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Why are big broadband players faltering in the customer satisfaction polls?

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19th Mar 2015
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Consumer watchdog Which? has published its latest report into customer satisfaction in the UK broadband industry, and highlights a major discrepancy between the lengths smaller providers are willing to go to in order to keep their customers happy compared with larger, more renowned players.

The 2015 broadband survey found BT, Sky and TalkTalk as fairing the worst for customer satisfaction among the 11 providers ranked by some 1,700 consumers, while in comparison, John Lewis Broadband, Plusnet Utility Warehouse and Zen Internet were rated best.

And the main bone of contention among the lower-ranked providers was the misinformation given regarding broadband speeds, with the larger players said to be far more flexible about the promotions they deliver in order to encourage customers to sign up for long-term broadband packages.

Which? is currently in the midst of campaigning for broadband providers to improve service and deliver the speeds customers are promised, and wants advertising watchdogs, The Committee of Advertising Practice (CAP) and The Broadcasting Committee of Advertising Practice (BCAP) to tighten the rules to ensure advertised broadband speeds more closely match the real experience of most customers.

Providers are currently allowed to advertise broadband speeds that only 10% of customers actually receive, and it is something that Which? executive director, Richard Lloyd believes is being exploited by the larger players, generating an army of disgruntled customers as a result:

“Smaller suppliers are leaving larger rivals in their wake when it comes to the service they provide so we need to see the big players up their game.  Ofcom is also currently reviewing this market and we now need it to identify how it plans to ensure broadband customers get a better deal.

“We’ve told the advertising watchdogs that companies need to be much clearer with their customers about the speeds they can expect. However, three months on, we’re still waiting for them to announce how they’ll ensure adverts only show the speeds most customers actually receive.”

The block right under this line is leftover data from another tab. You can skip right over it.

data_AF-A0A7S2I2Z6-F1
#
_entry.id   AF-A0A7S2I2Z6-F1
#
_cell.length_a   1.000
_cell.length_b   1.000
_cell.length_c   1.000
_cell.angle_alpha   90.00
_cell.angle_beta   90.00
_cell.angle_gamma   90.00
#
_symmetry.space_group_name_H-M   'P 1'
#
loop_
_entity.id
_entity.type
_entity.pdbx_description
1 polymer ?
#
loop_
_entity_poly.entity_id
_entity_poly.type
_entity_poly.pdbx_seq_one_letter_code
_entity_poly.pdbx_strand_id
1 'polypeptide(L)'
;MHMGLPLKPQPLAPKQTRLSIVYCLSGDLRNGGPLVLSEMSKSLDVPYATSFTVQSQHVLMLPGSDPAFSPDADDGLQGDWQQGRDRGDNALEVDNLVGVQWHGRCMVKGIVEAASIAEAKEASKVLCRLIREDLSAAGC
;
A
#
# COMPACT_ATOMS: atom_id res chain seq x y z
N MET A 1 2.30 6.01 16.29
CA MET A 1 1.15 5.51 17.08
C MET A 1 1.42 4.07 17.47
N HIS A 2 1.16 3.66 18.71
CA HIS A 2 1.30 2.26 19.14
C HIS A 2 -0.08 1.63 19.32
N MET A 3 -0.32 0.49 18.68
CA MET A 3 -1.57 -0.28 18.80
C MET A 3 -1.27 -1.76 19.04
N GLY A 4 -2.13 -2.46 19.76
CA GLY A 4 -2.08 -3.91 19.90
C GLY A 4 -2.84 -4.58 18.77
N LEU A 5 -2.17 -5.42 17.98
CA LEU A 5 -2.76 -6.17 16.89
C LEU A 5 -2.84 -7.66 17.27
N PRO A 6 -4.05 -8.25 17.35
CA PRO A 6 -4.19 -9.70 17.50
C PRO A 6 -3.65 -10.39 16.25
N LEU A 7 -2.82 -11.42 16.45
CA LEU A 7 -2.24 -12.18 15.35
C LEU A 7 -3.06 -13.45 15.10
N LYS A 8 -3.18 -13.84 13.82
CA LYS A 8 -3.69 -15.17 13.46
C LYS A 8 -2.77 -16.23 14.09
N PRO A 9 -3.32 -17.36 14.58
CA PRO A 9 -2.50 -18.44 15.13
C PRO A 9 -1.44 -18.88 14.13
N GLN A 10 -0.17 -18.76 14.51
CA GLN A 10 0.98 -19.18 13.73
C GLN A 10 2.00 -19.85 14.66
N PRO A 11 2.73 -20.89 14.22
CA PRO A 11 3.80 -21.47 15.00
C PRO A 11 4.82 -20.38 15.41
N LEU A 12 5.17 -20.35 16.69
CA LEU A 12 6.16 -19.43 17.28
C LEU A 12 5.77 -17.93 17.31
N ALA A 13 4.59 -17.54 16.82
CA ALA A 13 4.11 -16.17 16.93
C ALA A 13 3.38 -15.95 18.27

While damning in its content, the Which? survey is not the first to cast a shadow over the customer satisfaction being delivered by the UK’s leading broadband providers.

The Institute of Customer Service’s (ICS) UK Customer Satisfaction Index, updated most recently in January 2015, placed broadband and telecoms as its 11th ranking sector out of 13, and its CEO, Jo Causon, believes the industry as a whole could benefit from being more open with its customers:

"Being honest and authentic is key in any interaction with customers. Our research shows that organisations that build higher levels of trust with customers return higher customer satisfaction scores. These customers are then also more likely to recommend and remain loyal to the brand.

"The poor performance of some of the larger telecoms organisations for broadband delivery is consistent with the sector's performance in the UK Customer Satisfaction Index. Telecoms comes 11th out of 13 sectors in the Index and consistently scores below the UK average on trust and loyalty.

"John Lewis named amongst the best performers is no surprise to us. It was the highest placed organisation in the UK Customer Satisfaction Index in January 2015, which demonstrates that customer experience is clearly an essential part of its brand identity, whether in retail or delivering broadband services."

In January, WDS’s global head of marketing, Tim Deluca-Smith told Mycustomer that the telecoms industry was currently in a “dangerous position”, as many of its providers were caught between being seen by their customers as another utility and being able to offer a substantial enough differential to be able to justify current pricing; especially among the bigger providers such as BT and Sky. 

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